The german version was a big flop, because you can’t just use the original stories and only give the characters german names and because the spectators already knew the stories having watched the original series.

    • zarray says:

      German media laws seem like they’re a real bitch to work with.

      • petz79 says:

         I don’t think german laws had anything to do with that. The american rights holders wanted to enforce these rules. It’s the same with other TV products, like Who Wants To Be The Millionaire. You are forced to use the same set deco, the same soundtrack, the same rules, etc. if you’re licensing the rights.

        • rrh says:

          That seems odd to me that they would contractually require this level of adherence to the source material. If you pay me for the rights to the show, is it any skin off my nose if you don’t use the whole thing?

    • caipirina says:

      As far as I recall they changed baseball references to soccer ( Fußball) to approach the audience better …     but the pilot already was a big miss … I am not sure how many more eps they produced …. on the other hand ‘The Viersteins”, that was a similar approach to family life and always felt to me more like the German version of MwC 

  15. johne2 says:

    “Dreadful?”  That’s a classic right there.

    • Jeremy Wilson says:

       Agreed – “dreadful” is hardly the right word to use, it was a ground-breaking series when it started in the late 80′s.  Back then Fox was an upstart network and was willing to take some risks, like cartoons in prime-time.

  16. bcsizemo says:

    It’s a shame Sony wouldn’t pay for the rights to use Frank Sinatra’s song as the intro on the DVD’s and streaming….  In a way it kind of ruins the whole opening to the show.

  17. emschelle says:

    That intro feels SO MUCH like Clarissa Explains It All.

  18. therealitycheck says:

    The actors were spot-on clones, the laugh track, not so much. 
    It’s been a while since the show was on, but do a little YouToubeing and you’ll soon recall that one of the things that REALLY stood out about Married With Children was that the “Live Audience” was totally over the top with cat calls, hollering and rounds of applause that lingered a little too long for comfort. It seemed to be getting more intense for each new season, too.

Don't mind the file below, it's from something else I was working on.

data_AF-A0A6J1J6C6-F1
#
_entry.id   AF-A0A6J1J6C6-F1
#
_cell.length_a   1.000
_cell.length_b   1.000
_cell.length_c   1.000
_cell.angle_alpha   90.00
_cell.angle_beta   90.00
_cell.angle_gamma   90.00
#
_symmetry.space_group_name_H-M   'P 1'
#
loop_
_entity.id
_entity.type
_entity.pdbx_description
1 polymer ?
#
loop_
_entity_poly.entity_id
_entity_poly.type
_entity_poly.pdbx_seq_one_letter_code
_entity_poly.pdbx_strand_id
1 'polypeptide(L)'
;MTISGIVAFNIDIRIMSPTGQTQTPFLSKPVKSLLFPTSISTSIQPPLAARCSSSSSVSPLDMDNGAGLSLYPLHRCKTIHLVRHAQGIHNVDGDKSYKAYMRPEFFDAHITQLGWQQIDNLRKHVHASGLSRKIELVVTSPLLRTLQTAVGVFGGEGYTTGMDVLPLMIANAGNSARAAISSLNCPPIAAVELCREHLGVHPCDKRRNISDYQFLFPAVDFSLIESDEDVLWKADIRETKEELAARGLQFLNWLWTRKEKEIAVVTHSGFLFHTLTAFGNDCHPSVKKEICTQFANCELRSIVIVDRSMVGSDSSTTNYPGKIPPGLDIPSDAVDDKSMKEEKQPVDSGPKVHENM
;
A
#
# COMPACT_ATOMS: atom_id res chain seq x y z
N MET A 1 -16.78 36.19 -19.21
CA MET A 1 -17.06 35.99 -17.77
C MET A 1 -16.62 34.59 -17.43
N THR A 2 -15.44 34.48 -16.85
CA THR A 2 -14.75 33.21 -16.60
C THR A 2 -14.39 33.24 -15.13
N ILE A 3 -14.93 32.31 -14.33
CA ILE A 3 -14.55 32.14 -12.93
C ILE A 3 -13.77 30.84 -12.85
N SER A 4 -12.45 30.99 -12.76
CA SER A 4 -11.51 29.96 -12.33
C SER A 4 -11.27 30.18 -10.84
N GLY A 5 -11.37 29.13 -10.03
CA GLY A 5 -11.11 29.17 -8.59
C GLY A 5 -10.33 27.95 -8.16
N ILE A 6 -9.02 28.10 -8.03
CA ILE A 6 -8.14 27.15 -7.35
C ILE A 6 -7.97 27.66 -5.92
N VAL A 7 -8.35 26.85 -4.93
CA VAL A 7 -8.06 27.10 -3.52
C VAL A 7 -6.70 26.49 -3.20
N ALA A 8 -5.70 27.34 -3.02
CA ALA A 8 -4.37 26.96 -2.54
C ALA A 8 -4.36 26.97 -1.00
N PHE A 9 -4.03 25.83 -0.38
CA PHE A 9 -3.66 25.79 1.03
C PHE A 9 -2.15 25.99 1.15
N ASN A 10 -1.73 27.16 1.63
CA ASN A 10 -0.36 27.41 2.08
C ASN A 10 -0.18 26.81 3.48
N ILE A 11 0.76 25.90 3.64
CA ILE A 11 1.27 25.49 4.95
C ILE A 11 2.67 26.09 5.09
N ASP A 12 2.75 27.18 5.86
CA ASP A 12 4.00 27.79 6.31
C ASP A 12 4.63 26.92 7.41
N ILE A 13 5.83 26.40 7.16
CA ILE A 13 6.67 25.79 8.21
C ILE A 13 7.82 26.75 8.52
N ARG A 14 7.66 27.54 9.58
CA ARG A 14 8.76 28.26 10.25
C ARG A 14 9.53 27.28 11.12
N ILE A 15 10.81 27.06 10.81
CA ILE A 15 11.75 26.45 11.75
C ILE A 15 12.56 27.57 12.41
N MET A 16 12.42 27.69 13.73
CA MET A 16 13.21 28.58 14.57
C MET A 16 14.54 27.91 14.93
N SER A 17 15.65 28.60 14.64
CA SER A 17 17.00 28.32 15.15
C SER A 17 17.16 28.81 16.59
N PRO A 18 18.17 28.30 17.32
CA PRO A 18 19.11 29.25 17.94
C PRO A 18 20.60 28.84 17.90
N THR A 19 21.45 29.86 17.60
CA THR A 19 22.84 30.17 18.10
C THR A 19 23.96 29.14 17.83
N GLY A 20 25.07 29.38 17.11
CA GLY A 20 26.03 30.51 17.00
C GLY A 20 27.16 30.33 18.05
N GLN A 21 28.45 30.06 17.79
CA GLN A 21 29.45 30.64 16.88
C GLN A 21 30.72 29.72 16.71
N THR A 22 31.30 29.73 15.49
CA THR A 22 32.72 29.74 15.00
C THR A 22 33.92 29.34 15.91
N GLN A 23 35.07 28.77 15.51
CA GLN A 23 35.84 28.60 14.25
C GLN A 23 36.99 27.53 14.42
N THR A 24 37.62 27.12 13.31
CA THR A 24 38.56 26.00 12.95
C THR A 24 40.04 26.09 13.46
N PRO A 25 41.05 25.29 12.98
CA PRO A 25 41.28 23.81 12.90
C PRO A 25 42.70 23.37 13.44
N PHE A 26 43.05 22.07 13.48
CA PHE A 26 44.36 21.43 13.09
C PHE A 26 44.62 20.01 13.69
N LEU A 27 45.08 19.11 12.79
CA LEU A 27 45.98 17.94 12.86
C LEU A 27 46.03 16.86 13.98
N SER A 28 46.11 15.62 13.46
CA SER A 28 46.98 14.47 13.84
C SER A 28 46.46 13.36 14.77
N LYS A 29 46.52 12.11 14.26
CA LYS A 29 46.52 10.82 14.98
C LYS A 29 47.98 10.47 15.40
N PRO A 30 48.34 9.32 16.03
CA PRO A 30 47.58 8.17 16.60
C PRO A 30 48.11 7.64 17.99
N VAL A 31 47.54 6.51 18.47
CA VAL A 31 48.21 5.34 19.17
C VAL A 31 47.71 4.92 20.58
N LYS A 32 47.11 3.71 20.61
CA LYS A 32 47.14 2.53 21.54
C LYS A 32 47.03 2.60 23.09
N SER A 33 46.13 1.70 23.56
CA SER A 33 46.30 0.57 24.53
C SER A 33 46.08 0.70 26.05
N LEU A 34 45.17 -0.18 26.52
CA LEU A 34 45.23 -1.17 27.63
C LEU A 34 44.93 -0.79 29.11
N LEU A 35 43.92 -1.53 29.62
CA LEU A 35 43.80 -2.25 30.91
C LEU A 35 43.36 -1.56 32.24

19. blueelm says:

    I find it so very surreal to watch all of these weird reproductions of a terrible show. It’s… there’s a word for this…. 

  20. Mirena Rhee says:

    I am Bulgarian-American and it feels surreall to watch something very American.. with Bulgarian words coming out. Almost schizophrenic.

    it’s just double funny to watch in Bulgarian ( have never seen the original.. do not own or watch tv )

  21. JhmL says:

    Mmm… reminded me of this for some reason (language warning) ;D http://www.youtube.com/watch?v=YA10ZsoTZ9A

  22. Their American script advisor for the show was John Vorhaus. His books on writing — Creativity Rules and The Comic Toolbox — are truly excellent guides to story structure.

    Even when Vorhaus is talking specifically about comedy writing, his advice applies to novels, short stories — whatever. I found the books really helpful for getting me to dig deeper and answer important questions about my characters, scenes, theme, and plot when writing my novels, so I highly recommend them.

    I guess the come-down for a comedy writer/script doctor is doing a job like “Married with Children in Bulgarian”. Or maybe that’s snooty of me.

  23. Keith Tyler says:

    I watched the Bulgarian pilot next to the US pilot and they literally are the same episode. Well, I don’t speak Bulgarian, so the details probably differ a lot. But the storyline is i-freakin-dentical.

  24. Antinous / Moderator says:

    Are there other shows that have been remade everywhere?  Is there a Dukes of Targovishte?

  25. hadlockk says:

    The reason the laugh track sounds familiar is because practically all shows not filmed in front of a live audience use laugh tracks from Red Skeleton. It’s also why people who don’t watch TV laugh differently from those who do. Social parroting, etc.

  26. Preston Sturges says:

    Was Peg using Bag Balm? 

  27. Sparg says:

    “Bud” is wearing a Duff Beer shirt.  FOX out the ass v Bulgarii!  At least they changed the dog’s name to Elmo.

  28. Ant says:

    That introduction/intro. reminded me of House Improvement’s.

  29. PathogenAntifreeze says:

    I recall an episode of the original US version, where Kelly calls in sick to work or school with a “bad case of Bulgaria.”

  30. rrh says:

    And now I’m wondering if they only do this with sitcoms, or if there’s a bunch of foreign CSI clones out there, yet.